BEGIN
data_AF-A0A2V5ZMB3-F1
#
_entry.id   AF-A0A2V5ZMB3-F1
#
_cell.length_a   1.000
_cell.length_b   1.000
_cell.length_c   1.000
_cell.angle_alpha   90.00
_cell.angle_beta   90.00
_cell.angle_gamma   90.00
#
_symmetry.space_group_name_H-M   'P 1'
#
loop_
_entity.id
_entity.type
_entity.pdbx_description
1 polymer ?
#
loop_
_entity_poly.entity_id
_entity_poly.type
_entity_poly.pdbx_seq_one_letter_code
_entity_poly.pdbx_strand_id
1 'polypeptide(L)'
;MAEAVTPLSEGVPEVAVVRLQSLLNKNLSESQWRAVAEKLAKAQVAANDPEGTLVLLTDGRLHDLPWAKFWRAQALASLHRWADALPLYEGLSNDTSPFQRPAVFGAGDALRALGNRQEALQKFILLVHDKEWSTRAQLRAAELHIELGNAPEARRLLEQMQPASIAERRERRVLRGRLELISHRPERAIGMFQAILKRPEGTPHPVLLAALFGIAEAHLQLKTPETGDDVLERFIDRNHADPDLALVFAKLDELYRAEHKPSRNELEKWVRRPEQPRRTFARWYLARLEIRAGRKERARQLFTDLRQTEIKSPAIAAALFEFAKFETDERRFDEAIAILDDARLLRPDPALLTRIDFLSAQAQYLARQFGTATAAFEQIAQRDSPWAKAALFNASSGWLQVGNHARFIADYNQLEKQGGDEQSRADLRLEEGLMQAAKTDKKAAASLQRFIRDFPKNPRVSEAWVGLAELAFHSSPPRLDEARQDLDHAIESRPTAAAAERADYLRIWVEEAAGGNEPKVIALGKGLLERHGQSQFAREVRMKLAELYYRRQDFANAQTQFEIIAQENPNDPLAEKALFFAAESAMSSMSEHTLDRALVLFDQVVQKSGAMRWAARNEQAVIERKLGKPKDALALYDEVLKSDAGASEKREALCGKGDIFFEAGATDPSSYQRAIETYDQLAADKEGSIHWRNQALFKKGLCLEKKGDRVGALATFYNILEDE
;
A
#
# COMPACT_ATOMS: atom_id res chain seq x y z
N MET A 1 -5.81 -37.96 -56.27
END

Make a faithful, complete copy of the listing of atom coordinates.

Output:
data_AF-A0A2V5ZMB3-F1
#
_entry.id   AF-A0A2V5ZMB3-F1
#
_cell.length_a   1.000
_cell.length_b   1.000
_cell.length_c   1.000
_cell.angle_alpha   90.00
_cell.angle_beta   90.00
_cell.angle_gamma   90.00
#
_symmetry.space_group_name_H-M   'P 1'
#
loop_
_entity.id
_entity.type
_entity.pdbx_description
1 polymer ?
#
loop_
_entity_poly.entity_id
_entity_poly.type
_entity_poly.pdbx_seq_one_letter_code
_entity_poly.pdbx_strand_id
1 'polypeptide(L)'
;MAEAVTPLSEGVPEVAVVRLQSLLNKNLSESQWRAVAEKLAKAQVAANDPEGTLVLLTDGRLHDLPWAKFWRAQALASLHRWADALPLYEGLSNDTSPFQRPAVFGAGDALRALGNRQEALQKFILLVHDKEWSTRAQLRAAELHIELGNAPEARRLLEQMQPASIAERRERRVLRGRLELISHRPERAIGMFQAILKRPEGTPHPVLLAALFGIAEAHLQLKTPETGDDVLERFIDRNHADPDLALVFAKLDELYRAEHKPSRNELEKWVRRPEQPRRTFARWYLARLEIRAGRKERARQLFTDLRQTEIKSPAIAAALFEFAKFETDERRFDEAIAILDDARLLRPDPALLTRIDFLSAQAQYLARQFGTATAAFEQIAQRDSPWAKAALFNASSGWLQVGNHARFIADYNQLEKQGGDEQSRADLRLEEGLMQAAKTDKKAAASLQRFIRDFPKNPRVSEAWVGLAELAFHSSPPRLDEARQDLDHAIESRPTAAAAERADYLRIWVEEAAGGNEPKVIALGKGLLERHGQSQFAREVRMKLAELYYRRQDFANAQTQFEIIAQENPNDPLAEKALFFAAESAMSSMSEHTLDRALVLFDQVVQKSGAMRWAARNEQAVIERKLGKPKDALALYDEVLKSDAGASEKREALCGKGDIFFEAGATDPSSYQRAIETYDQLAADKEGSIHWRNQALFKKGLCLEKKGDRVGALATFYNILEDE
;
A
#
# COMPACT_ATOMS: atom_id res chain seq x y z
N MET A 1 -5.81 -37.96 -56.27